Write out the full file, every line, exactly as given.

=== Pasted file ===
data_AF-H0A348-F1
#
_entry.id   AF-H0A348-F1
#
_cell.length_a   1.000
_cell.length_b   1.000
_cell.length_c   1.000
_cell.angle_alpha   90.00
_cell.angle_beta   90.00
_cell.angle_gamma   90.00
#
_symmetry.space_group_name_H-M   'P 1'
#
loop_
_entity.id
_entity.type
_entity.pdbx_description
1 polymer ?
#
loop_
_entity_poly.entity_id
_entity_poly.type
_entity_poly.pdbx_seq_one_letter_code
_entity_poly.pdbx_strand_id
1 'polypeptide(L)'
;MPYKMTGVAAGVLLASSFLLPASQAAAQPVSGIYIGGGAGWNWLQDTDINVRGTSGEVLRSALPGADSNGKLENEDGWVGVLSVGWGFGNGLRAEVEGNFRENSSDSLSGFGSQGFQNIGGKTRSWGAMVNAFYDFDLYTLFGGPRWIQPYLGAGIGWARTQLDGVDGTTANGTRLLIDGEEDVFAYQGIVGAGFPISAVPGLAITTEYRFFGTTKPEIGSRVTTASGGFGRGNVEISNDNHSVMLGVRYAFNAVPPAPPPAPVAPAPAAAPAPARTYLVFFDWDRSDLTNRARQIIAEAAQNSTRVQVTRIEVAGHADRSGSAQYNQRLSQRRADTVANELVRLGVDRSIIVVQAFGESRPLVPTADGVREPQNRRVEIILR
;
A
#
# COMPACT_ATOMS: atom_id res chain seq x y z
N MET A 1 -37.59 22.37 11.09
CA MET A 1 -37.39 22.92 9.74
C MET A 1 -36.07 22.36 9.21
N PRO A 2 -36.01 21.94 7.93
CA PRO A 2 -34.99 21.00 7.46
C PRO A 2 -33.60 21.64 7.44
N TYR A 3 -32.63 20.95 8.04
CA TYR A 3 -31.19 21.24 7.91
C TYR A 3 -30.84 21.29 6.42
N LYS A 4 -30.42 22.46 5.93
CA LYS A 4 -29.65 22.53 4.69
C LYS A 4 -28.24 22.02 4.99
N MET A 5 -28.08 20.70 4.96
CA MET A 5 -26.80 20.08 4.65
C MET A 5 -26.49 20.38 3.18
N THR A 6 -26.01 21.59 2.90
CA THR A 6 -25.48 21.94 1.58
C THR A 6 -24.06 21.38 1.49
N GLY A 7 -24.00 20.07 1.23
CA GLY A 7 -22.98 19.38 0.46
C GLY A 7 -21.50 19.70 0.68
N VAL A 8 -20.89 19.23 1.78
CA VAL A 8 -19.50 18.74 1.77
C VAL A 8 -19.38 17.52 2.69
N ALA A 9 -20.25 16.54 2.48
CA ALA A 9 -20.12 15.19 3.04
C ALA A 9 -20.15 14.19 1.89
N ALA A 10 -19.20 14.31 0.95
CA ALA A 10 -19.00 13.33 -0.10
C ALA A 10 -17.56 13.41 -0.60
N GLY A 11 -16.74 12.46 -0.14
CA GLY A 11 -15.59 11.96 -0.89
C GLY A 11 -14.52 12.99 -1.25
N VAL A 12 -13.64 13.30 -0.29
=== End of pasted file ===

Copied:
data_AF-H0A348-F1
#
_entry.id   AF-H0A348-F1
#
_cell.length_a   1.000
_cell.length_b   1.000
_cell.length_c   1.000
_cell.angle_alpha   90.00
_cell.angle_beta   90.00
_cell.angle_gamma   90.00
#
_symmetry.space_group_name_H-M   'P 1'
#
loop_
_entity.id
_entity.type
_entity.pdbx_description
1 polymer ?
#
loop_
_entity_poly.entity_id
_entity_poly.type
_entity_poly.pdbx_seq_one_letter_code
_entity_poly.pdbx_strand_id
1 'polypeptide(L)'
;MPYKMTGVAAGVLLASSFLLPASQAAAQPVSGIYIGGGAGWNWLQDTDINVRGTSGEVLRSALPGADSNGKLENEDGWVGVLSVGWGFGNGLRAEVEGNFRENSSDSLSGFGSQGFQNIGGKTRSWGAMVNAFYDFDLYTLFGGPRWIQPYLGAGIGWARTQLDGVDGTTANGTRLLIDGEEDVFAYQGIVGAGFPISAVPGLAITTEYRFFGTTKPEIGSRVTTASGGFGRGNVEISNDNHSVMLGVRYAFNAVPPAPPPAPVAPAPAAAPAPARTYLVFFDWDRSDLTNRARQIIAEAAQNSTRVQVTRIEVAGHADRSGSAQYNQRLSQRRADTVANELVRLGVDRSIIVVQAFGESRPLVPTADGVREPQNRRVEIILR
;
A
#
# COMPACT_ATOMS: atom_id res chain seq x y z
N MET A 1 -37.59 22.37 11.09
CA MET A 1 -37.39 22.92 9.74
C MET A 1 -36.07 22.36 9.21
N PRO A 2 -36.01 21.94 7.93
CA PRO A 2 -34.99 21.00 7.46
C PRO A 2 -33.60 21.64 7.44
N TYR A 3 -32.63 20.95 8.04
CA TYR A 3 -31.19 21.24 7.91
C TYR A 3 -30.84 21.29 6.42
N LYS A 4 -30.42 22.46 5.93
CA LYS A 4 -29.65 22.53 4.69
C LYS A 4 -28.24 22.02 4.99
N MET A 5 -28.08 20.70 4.96
CA MET A 5 -26.80 20.08 4.65
C MET A 5 -26.49 20.38 3.18
N THR A 6 -26.01 21.59 2.90
CA THR A 6 -25.48 21.94 1.58
C THR A 6 -24.06 21.38 1.49
N GLY A 7 -24.00 20.07 1.23
CA GLY A 7 -22.98 19.38 0.46
C GLY A 7 -21.50 19.70 0.68
N VAL A 8 -20.89 19.23 1.78
CA VAL A 8 -19.50 18.74 1.77
C VAL A 8 -19.38 17.52 2.69
N ALA A 9 -20.25 16.54 2.48
CA ALA A 9 -20.12 15.19 3.04
C ALA A 9 -20.15 14.19 1.89
N ALA A 10 -19.20 14.31 0.95
CA ALA A 10 -19.00 13.33 -0.10
C ALA A 10 -17.56 13.41 -0.60
N GLY A 11 -16.74 12.46 -0.14
CA GLY A 11 -15.59 11.96 -0.89
C GLY A 11 -14.52 12.99 -1.25
N VAL A 12 -13.64 13.30 -0.29